Employers in Darlington are encouraged to support employees who may be affected by domestic violence, in a new leaflet launched today.
Entitled ‘Domestic violence and your workplace’, the leaflet describes how businesses can really benefit if they help their employees to address domestic violence. It shows that businesses with effective domestic abuse policies can reduce sickness, stress and staff turnover amongst their employees.
Darlington Partnership Director, Seth Pearson said “businesses tell me that the business case for doing this is clear: firms which show concern for their employees will have more effective staff and people with greater commitment to their organisation”.
Darlington’s Director of Public Health, Miriam Davidson, said: “Domestic violence is a serious public health issue. The impact it has on a person and their family cannot be over-estimated.
“The focus of this initiative is to raise awareness amongst employers. Helping employers to recognise when an employee might be suffering domestic violence and having practical measures in place to support them to stay safe and in work can be immensely important to their health and wellbeing.”
Police, Crime and Victims’ Commissioner Ron Hogg added: “I would encourage any victims of domestic violence to talk to someone. Employers who put up posters indicating their support, or who provide counselling for victims, can really helping their employees to deal with the situation they are in”.
Victims of violence abuse are encouraged to obtain specialist support from Harbour on 03000 202525.
The new leaflet is being distributed to businesses. For help to ensure your company can provide the best support for any of your employees suffering domestic violence contact Holly Dobson by email at: email@example.com
I am writing to introduce myself as the new Engagement and Media Officer for Ron Hogg, Police, Crime and Victims’ Commissioner.
I have replaced Nyama Johnson as she has recently left the organisation and therefore I would be grateful if you could update your contact lists with my details.
The best way to contact me is via our media email PCVC.Media@durham.pcc.pnn.gov.uk or and designated media number 07814 174417, as someone will pick these messages up even if I am out of the office.
I am looking forward to getting to know you all and working with you in the future.
Engagement and Media Officer
Office of Durham Police, Crime and Victims Commissioner
Neighbourhood Watch Newsletter **Current**
to read the latest December 2017 edition of our e-newsletter Our News
We hope you enjoy it!
Fake Government Grants Fraud Alert **current**
Individuals and businesses are being warned to watch out for cold calls and online contact from fraudsters who are offering victims the opportunity to apply for Government grants for an advance fee.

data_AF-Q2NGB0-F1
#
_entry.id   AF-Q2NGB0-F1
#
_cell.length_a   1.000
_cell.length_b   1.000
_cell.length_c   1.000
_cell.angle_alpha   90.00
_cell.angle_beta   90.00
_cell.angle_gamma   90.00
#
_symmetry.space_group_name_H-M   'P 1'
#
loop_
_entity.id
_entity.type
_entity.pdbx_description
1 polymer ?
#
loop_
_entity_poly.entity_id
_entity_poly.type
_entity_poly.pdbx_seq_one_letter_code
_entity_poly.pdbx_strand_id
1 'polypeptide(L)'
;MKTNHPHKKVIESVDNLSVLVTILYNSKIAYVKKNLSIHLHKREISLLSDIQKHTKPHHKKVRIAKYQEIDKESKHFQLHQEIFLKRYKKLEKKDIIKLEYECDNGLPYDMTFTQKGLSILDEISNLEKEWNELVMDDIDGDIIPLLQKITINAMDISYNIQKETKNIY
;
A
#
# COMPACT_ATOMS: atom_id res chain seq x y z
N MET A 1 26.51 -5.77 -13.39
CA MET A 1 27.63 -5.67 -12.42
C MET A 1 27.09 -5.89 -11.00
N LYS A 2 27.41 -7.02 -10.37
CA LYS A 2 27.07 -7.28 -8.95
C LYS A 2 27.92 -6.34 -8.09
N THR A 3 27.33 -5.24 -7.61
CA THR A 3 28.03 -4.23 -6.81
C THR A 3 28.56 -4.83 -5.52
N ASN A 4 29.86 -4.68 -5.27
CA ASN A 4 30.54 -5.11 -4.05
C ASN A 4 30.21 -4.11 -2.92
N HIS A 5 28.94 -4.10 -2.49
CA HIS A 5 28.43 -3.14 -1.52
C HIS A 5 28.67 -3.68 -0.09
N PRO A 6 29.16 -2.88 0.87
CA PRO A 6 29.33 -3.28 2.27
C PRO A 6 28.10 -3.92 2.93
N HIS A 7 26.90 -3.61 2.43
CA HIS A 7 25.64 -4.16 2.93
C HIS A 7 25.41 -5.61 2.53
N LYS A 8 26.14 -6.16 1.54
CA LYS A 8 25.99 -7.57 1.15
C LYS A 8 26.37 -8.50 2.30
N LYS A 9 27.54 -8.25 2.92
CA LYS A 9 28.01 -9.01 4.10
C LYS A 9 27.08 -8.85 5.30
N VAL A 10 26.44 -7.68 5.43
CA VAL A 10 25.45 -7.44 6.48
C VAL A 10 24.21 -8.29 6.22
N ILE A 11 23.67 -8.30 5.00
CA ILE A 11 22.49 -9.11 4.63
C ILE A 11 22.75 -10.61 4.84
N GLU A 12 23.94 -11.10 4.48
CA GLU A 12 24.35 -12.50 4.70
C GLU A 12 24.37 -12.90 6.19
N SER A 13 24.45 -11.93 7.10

To make the grants look legitimate fraudsters have set up bogus companies and convincing looking websites that claim to be operating on behalf of the UK Government.
Fraudsters cold call businesses and individuals offering the grant and if they’re interested direct them to fill out an online application form with their personal information.
Once the fraudsters have that information they’ll contact back victims and congratulate them on being accepted onto the grant programme.
Pre-paid credit cards
Applicants are then asked to provide identification and are instructed to get a pre-paid credit card to deposit their own contribution to the fake Government grant scheme. Fraudsters will then contact victims on the phone or are emailed and asked for the details of their pre-paid credit card and copies of statements to in order for them to add the grant funds.
Of course the grant funds are never given by the fraudsters and the money that’s been loaded by the victim onto the card is stolen.
If you receive one of these calls, hang up immediately and report it to us. We’ve already taken down one website fraudsters have been using to commit this fraud and are working with Companies House to combat this issue.
How to protect yourself:
Be wary of unsolicited callers implying that you can apply for grants. You should never have to pay to receive a government grant, and they definitely won’t instruct you to obtain a pre-paid credit card. The government should have all the information they need if a genuine grant application was submitted, therefore any requests for personal or banking information either over the phone or online should be refused.